CORNER BROOK — The Grenfell Campus student union opposes exploration activity in Corner Brook’s watershed, and is urging the city to look toward education as an economic stimulant.
Thomas Resources, a subsidiary of Pennecon Group, has requested permission from the city to carry out mineral exploration in the Corner Brook Lakes Watershed area. Part of the research and analysis phase for a potential mining project, the exploration work is described as a low-impact stage of determining what resources exist and in what quantity.
Today is the deadline to submit comments as part of the 45-day public consultation prior to council rendering a decision on the development activity.
The student union recently wrote a letter to the city expressing its opposition.
“We believe the full-scale development, the ultimate goal, comes at too high a risk,” Glen Keeling, vice-president external of the student union, said.
The letter to the city states the proposal by Thomas Resources is lacking in detail and is not a thorough environmental assessment document. Keeling wonders what purpose there is in allowing the development to continue through this phase.
“While we recognize that this activity is exploratory only, we believe that when you make this decision the ultimate goal of the project should be considered,” the letter states. “By allowing Thomas Resources to explore for garnet and kyanite, you would be suggesting that the full scale extraction processes would be allowed as well.”
Leadership and vision
With the city having the ability to deny this proposal, the student union is asking them to show leadership and vision by turning it down. With the construction of a new water treatment facility well underway, the union feels it is counterproductive to allow such a development to proceed.
“The easiest way to ensure high quality water is to ensure quality at the source,” their letter states.
It cited a Health Canada report in 2004 called “From Source to Tap: Guidance on the Multi-Barriers Approach to Safe Drinking Water,” which advocates for and proposes strategies for protecting the source of drinking water.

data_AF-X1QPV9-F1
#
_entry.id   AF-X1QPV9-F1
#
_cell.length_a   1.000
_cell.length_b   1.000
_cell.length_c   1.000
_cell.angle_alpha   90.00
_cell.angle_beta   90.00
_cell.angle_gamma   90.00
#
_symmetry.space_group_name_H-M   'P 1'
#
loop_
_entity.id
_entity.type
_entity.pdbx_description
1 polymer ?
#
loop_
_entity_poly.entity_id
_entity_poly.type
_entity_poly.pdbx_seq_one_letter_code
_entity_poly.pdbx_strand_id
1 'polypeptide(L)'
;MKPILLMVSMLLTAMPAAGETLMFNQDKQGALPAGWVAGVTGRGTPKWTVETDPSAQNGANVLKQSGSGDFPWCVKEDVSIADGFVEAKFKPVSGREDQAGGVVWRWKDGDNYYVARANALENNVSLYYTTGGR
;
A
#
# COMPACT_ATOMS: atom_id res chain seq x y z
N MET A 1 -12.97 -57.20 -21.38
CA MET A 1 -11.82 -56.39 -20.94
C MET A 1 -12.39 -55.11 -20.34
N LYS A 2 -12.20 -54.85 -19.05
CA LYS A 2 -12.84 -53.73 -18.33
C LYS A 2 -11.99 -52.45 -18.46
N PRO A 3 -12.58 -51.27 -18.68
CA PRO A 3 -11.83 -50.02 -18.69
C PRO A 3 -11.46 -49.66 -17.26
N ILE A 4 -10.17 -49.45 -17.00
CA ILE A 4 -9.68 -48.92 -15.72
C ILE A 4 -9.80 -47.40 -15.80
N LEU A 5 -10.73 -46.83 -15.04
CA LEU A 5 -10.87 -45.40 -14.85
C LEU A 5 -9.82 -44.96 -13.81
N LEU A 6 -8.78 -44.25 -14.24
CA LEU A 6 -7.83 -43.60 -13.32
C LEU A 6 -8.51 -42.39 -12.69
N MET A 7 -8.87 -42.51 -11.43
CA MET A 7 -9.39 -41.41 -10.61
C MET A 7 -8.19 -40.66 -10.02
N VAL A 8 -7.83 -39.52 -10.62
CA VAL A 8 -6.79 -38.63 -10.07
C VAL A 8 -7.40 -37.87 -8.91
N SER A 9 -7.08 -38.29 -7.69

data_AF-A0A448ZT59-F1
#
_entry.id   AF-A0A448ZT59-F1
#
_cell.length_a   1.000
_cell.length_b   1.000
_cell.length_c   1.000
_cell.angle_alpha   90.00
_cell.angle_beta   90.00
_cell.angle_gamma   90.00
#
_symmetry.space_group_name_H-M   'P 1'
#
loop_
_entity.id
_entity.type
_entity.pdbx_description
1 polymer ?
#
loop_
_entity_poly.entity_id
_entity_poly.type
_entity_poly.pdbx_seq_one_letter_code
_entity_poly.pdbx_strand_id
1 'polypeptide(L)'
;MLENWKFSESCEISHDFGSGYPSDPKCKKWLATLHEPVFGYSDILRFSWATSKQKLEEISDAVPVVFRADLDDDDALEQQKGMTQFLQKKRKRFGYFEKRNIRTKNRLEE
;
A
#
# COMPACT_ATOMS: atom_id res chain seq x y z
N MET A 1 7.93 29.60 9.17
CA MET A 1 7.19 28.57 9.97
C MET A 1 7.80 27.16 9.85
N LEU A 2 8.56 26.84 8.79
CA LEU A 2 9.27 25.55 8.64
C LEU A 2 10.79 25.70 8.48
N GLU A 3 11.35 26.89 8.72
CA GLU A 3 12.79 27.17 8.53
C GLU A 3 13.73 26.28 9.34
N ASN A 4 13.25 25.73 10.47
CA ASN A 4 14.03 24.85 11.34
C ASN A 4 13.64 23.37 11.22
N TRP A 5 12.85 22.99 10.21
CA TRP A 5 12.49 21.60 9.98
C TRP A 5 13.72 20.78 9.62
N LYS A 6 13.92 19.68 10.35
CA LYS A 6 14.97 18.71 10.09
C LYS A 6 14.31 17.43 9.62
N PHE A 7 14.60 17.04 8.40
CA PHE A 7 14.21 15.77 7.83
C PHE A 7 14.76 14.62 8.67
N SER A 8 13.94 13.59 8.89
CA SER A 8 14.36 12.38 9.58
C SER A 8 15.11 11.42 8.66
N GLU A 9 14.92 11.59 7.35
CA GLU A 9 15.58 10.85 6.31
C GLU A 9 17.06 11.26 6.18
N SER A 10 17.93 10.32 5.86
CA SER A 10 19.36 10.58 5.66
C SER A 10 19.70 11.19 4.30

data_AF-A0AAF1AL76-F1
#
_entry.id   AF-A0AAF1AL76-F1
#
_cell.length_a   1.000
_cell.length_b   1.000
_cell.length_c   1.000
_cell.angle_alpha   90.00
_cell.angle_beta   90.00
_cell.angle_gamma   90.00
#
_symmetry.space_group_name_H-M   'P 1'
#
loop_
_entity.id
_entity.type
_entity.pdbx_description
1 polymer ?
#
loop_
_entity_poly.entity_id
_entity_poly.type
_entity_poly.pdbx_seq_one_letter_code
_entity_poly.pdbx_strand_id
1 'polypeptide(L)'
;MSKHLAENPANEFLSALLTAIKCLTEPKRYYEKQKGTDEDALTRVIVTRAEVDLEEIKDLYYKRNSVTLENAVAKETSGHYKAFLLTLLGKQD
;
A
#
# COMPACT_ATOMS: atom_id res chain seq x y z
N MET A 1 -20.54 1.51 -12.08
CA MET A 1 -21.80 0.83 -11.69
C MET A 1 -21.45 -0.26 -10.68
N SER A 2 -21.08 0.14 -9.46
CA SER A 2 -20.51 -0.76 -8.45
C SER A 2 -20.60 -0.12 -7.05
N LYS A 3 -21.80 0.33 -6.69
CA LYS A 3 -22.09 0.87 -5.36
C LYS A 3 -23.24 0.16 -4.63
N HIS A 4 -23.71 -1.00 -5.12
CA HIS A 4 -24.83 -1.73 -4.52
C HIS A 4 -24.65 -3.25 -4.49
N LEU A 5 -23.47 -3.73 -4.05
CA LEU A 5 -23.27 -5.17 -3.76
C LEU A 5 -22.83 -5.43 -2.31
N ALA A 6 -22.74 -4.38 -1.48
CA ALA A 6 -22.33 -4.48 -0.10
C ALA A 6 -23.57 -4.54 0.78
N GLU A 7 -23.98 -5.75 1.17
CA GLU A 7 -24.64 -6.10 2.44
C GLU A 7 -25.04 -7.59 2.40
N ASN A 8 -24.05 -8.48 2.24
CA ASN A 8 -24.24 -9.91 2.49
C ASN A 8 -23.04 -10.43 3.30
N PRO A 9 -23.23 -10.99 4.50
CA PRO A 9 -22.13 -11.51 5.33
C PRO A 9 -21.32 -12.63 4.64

Keeling said the cheapest way to treat water is to not pollute it at the source.
“The added cost of treatment would probably be transferred down onto consumers and the residents of Corner Brook,” he said.
Last week, Thomas Resources issued a press release stating its commitment to the environment. It also highlighted the potential of an operation that would employ more than 50 people for over 30 years in a facility worth upwards of $50 million.
Keeling said the process thus far has contributed little economic benefit to the city. Business and development attraction in Corner Brook has been a source of public criticism in recent years, but the vice-president hopes that would not lure council into exploring this particular project.
“I think they would likely face criticism for allowing development in the watershed,” he said. “Expansion of businesses and things like that within city limits are a completely different conversation than talking about development within our watershed. I hope they have the long-term vision to be able to vote against this proposal.”
The post-secondary and tourism sectors are better options to invest in as economic stimulators, according to Keeling. The post-secondary sector contributes about $50 million in gross domestic product to the region, according to an ACOA study, and employs over 500 individuals.
The student union says there is much room for growth and expansion within this sector.
“In fact, becoming more of a college town is a pillar of the budgetary process in Corner Brook,” the letter states. “Students here are passionate about the environment, and believe that clean drinking water is a human right. Maintaining a clean watershed may contribute to students staying in the city after graduation.”